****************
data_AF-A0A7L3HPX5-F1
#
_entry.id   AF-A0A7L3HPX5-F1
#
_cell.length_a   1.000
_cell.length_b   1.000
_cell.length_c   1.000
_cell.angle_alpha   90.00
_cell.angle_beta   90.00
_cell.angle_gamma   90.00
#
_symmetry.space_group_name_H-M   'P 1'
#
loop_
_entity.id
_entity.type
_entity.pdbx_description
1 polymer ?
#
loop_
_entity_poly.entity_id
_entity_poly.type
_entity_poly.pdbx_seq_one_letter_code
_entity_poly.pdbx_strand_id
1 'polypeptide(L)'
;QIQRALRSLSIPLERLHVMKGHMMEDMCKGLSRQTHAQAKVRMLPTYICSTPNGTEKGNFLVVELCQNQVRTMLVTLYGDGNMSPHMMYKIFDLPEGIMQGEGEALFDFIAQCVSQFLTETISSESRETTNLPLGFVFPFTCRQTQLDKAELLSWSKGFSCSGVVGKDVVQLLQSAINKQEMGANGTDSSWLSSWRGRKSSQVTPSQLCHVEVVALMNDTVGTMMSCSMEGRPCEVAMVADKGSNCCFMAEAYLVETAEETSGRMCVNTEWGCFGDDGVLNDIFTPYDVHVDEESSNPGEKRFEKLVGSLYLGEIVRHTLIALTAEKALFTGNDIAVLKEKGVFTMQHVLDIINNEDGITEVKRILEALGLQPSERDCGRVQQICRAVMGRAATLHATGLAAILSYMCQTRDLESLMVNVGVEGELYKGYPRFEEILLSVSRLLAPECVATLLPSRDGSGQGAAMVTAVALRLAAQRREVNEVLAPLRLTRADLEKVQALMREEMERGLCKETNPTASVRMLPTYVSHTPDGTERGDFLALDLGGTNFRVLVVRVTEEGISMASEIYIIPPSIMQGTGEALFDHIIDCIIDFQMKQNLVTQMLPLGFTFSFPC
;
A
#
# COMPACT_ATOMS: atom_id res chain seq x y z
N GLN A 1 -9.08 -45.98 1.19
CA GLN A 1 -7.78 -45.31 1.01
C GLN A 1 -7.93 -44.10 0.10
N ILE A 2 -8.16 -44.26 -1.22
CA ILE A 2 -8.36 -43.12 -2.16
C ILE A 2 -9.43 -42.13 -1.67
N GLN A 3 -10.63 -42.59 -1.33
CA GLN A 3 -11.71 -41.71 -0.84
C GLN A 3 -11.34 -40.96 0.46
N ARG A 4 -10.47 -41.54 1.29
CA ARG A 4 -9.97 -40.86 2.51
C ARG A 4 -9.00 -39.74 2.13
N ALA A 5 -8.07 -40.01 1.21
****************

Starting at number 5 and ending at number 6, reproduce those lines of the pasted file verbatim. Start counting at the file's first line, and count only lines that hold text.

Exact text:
_cell.length_a   1.000
_cell.length_b   1.000